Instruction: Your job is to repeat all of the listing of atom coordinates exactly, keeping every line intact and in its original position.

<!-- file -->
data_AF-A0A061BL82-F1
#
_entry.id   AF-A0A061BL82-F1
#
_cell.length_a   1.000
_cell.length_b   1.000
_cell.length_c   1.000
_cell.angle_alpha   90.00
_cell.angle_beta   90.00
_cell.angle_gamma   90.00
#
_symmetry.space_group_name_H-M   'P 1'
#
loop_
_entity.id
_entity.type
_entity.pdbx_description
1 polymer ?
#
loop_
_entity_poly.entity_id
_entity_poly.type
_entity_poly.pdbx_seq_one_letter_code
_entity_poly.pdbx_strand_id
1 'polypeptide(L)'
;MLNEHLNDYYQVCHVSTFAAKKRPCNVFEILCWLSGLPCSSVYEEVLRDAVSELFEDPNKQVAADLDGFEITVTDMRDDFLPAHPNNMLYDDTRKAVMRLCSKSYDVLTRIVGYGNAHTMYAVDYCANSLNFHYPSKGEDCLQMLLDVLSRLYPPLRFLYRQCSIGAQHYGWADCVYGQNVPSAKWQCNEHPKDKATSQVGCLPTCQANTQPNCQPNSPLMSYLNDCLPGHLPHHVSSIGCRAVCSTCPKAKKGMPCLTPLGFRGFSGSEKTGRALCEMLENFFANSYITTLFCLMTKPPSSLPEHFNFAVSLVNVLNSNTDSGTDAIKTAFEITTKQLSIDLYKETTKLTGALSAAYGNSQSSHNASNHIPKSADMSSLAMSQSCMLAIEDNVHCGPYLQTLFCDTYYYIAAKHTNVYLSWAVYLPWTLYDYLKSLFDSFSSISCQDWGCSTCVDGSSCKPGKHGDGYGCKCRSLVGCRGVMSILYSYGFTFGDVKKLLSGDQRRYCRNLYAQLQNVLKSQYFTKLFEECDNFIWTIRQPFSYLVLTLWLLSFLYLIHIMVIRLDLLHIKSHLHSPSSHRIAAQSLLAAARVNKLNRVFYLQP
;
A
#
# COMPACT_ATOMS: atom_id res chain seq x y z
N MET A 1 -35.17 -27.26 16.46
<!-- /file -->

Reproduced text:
data_AF-A0A061BL82-F1
#
_entry.id   AF-A0A061BL82-F1
#
_cell.length_a   1.000
_cell.length_b   1.000
_cell.length_c   1.000
_cell.angle_alpha   90.00
_cell.angle_beta   90.00
_cell.angle_gamma   90.00
#
_symmetry.space_group_name_H-M   'P 1'
#
loop_
_entity.id
_entity.type
_entity.pdbx_description
1 polymer ?
#
loop_
_entity_poly.entity_id
_entity_poly.type
_entity_poly.pdbx_seq_one_letter_code
_entity_poly.pdbx_strand_id
1 'polypeptide(L)'
;MLNEHLNDYYQVCHVSTFAAKKRPCNVFEILCWLSGLPCSSVYEEVLRDAVSELFEDPNKQVAADLDGFEITVTDMRDDFLPAHPNNMLYDDTRKAVMRLCSKSYDVLTRIVGYGNAHTMYAVDYCANSLNFHYPSKGEDCLQMLLDVLSRLYPPLRFLYRQCSIGAQHYGWADCVYGQNVPSAKWQCNEHPKDKATSQVGCLPTCQANTQPNCQPNSPLMSYLNDCLPGHLPHHVSSIGCRAVCSTCPKAKKGMPCLTPLGFRGFSGSEKTGRALCEMLENFFANSYITTLFCLMTKPPSSLPEHFNFAVSLVNVLNSNTDSGTDAIKTAFEITTKQLSIDLYKETTKLTGALSAAYGNSQSSHNASNHIPKSADMSSLAMSQSCMLAIEDNVHCGPYLQTLFCDTYYYIAAKHTNVYLSWAVYLPWTLYDYLKSLFDSFSSISCQDWGCSTCVDGSSCKPGKHGDGYGCKCRSLVGCRGVMSILYSYGFTFGDVKKLLSGDQRRYCRNLYAQLQNVLKSQYFTKLFEECDNFIWTIRQPFSYLVLTLWLLSFLYLIHIMVIRLDLLHIKSHLHSPSSHRIAAQSLLAAARVNKLNRVFYLQP
;
A
#
# COMPACT_ATOMS: atom_id res chain seq x y z
N MET A 1 -35.17 -27.26 16.46